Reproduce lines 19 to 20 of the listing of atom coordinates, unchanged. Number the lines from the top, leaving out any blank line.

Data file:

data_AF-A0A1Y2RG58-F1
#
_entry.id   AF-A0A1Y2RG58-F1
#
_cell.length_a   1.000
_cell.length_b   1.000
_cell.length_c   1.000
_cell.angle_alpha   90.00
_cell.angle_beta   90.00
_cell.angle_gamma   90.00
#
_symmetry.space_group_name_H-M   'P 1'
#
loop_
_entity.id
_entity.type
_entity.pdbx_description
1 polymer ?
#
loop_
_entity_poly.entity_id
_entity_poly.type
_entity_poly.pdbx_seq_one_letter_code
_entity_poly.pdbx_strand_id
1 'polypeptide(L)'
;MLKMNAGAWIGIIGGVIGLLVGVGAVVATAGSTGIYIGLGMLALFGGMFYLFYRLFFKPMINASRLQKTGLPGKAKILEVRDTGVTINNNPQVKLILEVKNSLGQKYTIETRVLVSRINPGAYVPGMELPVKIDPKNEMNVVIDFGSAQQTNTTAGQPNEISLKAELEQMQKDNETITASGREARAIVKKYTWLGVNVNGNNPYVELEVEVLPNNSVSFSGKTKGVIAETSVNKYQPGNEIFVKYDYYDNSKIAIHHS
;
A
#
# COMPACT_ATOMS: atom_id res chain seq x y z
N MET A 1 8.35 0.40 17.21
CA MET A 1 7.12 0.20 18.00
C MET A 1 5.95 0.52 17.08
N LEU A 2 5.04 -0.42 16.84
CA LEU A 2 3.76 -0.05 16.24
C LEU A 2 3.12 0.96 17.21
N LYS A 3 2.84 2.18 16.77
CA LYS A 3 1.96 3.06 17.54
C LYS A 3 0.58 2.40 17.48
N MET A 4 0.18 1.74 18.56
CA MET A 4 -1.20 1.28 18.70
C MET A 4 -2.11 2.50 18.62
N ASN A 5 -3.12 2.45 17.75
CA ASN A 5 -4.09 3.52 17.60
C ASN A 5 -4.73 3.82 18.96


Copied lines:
#
loop_